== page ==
Paula Rego's House of Stories

House of stories is a museum dedicated to figurative painter Paula Rego designed by Portuguese architect Eduardo Souto de Moura. Casa das Histórias Paula Rego (its full Portuguese title) opened to the public in September in Cascais, 30km west of Lisbon.

Two large pyramid-shaped structures of equal size, one housing the bookshop and the other a cafe, tower over an assembly of volumes of differing heights. The two-storey, 3,000sq m building has a tall central section housing the 180sq m temporary exhibition space, surrounded by six permanent exhibition rooms totalling 630sq m, and a 200-seat auditorium. The differing heights of the exhibition areas reflect the varying sizes of the paintings on show.

With the House of Stories, Souto de Moura has adopted a regionalist approach, in contrast to the modernist abstraction of previous work, such as his Braga Municipal Stadium in Portugal, completed in 2003. The inspiration for the pyramids came from historic buildings in the Cascais region.

“Souto de Moura refers to the National Palace in Sintra,” says Ricardo Prata, one of the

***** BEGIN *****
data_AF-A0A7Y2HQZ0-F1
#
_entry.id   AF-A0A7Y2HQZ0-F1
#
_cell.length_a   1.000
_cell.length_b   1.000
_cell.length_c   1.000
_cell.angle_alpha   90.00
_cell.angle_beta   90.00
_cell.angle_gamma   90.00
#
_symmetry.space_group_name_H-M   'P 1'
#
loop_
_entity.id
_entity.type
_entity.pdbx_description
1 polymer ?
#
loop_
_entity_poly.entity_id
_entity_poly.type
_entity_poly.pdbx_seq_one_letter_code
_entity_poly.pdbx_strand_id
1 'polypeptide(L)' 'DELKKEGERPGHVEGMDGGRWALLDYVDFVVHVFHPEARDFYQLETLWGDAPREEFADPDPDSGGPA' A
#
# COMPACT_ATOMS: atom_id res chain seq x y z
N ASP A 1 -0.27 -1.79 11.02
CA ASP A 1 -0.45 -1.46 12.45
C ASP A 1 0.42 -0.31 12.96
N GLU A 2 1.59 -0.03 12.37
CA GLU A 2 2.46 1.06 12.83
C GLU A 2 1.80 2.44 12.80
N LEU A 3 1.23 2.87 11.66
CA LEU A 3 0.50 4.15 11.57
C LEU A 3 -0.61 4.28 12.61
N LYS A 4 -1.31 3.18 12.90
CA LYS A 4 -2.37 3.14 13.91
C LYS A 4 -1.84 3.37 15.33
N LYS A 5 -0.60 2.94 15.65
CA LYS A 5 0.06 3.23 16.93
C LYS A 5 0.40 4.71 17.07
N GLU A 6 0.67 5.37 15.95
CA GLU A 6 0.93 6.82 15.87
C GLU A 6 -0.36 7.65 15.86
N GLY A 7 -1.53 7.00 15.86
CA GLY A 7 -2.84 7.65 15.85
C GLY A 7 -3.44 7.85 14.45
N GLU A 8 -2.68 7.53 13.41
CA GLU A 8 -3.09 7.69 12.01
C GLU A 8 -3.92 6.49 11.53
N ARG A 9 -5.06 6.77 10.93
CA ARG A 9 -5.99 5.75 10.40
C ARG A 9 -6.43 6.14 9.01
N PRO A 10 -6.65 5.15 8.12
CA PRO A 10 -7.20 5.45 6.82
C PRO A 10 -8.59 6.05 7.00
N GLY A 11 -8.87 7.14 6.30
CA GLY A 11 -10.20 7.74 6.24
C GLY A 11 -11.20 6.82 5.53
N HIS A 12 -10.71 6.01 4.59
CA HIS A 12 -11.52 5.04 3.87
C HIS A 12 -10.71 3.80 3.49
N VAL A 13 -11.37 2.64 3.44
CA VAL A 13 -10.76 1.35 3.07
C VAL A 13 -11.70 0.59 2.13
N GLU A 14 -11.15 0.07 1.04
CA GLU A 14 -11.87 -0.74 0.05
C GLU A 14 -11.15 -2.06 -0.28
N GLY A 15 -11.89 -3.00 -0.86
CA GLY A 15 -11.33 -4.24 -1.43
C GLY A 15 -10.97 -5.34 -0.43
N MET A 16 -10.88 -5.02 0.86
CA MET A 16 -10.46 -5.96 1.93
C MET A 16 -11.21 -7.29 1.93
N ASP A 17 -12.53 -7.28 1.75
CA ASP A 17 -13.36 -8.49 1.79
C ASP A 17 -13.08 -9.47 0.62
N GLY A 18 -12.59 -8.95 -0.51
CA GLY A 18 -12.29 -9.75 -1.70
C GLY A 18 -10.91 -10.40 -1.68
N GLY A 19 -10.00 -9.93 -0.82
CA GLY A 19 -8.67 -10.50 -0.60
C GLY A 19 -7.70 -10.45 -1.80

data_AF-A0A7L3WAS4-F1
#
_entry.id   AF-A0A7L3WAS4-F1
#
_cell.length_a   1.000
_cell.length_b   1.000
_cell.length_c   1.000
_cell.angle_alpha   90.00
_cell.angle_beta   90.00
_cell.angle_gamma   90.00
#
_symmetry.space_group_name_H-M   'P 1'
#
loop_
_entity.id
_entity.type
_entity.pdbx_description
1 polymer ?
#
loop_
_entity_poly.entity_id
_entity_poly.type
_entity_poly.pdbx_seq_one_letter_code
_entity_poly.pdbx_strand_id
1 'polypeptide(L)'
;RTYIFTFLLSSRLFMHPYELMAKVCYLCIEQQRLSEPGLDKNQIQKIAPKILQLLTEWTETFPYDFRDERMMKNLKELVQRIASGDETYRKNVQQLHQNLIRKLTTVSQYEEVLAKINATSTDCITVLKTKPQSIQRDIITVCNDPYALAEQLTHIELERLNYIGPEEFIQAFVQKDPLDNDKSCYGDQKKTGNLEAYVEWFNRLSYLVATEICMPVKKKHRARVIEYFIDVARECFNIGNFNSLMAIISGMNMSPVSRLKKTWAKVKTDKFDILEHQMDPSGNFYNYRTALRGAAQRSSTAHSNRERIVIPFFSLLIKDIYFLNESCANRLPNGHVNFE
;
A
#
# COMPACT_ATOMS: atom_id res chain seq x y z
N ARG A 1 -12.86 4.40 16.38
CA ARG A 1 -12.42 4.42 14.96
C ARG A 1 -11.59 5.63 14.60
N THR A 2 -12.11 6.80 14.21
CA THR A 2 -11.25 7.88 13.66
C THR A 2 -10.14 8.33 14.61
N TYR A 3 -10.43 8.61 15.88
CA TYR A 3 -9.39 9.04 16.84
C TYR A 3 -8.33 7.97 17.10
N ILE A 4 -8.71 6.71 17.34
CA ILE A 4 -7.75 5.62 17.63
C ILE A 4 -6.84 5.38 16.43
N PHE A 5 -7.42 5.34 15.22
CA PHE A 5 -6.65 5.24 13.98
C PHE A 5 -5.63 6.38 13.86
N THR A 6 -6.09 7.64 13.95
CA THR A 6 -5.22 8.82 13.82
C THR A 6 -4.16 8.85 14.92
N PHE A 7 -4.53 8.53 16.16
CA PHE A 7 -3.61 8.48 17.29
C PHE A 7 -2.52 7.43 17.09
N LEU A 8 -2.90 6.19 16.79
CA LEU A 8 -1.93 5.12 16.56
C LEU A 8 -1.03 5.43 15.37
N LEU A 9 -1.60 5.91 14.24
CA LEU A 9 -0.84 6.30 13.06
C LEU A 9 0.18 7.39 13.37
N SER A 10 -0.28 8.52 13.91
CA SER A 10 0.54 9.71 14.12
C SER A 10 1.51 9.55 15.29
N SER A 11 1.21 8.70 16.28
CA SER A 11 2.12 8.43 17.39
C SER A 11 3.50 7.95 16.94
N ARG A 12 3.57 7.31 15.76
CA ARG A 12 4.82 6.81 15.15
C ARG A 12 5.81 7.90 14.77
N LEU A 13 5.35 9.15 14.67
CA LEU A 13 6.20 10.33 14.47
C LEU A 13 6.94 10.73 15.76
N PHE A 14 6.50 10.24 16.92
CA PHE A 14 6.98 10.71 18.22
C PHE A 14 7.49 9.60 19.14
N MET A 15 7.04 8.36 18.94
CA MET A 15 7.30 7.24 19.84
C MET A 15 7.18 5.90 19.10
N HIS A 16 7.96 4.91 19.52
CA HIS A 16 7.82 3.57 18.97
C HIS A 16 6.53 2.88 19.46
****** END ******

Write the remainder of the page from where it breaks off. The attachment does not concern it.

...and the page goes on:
project leaders. “It has two big volumes; they are not pyramids but very high chimneys. And the monastery of Alcobaça, which has a kitchen with a big chimney. The idea was to create some parallel with these important buildings in the region.”
Souto de Moura was also influenced by Portuguese architect Raul Lino, who built houses for wealthy families in the area in the 1920s. “The geometrical ideas in the House of Stories also began in those kinds of buildings,” says Prata.

The building is concrete, and the timber formwork has given the facade a lovely uneven surface. “The idea is to have a building that is sensitive to the surrounding garden,” says Prata. “It’s close to the texture of the trees.” The museum is in a walled garden in the centre of the town, and the building is meant to “work with the garden, and to be an independent object, a symbol or beacon for the town,” says Prata.

The inscrutable, rust-coloured forms are broken only by a series of openings cut out of the corners. “The idea is to just have one opening per room, in the corner, so that you have controlled lighting, and to give that monolithic aspect to the building,” says Prata.
Rego chose Souto de Moura for the €4m building herself and had some early input into the design. “The type of geometric shapes Souto de Moura has used and the fact that the building is red has something to do with the imagination of Paula Rego,” says Prata. Rego has been based in London since the 1950s, but spent her childhood and adolescence in the Cascais region, in the town of Estoril.

This article was published in Icon magazine, November 2009, p34. To view it on the Icon website, visit To see it in context, click on the PDF link below

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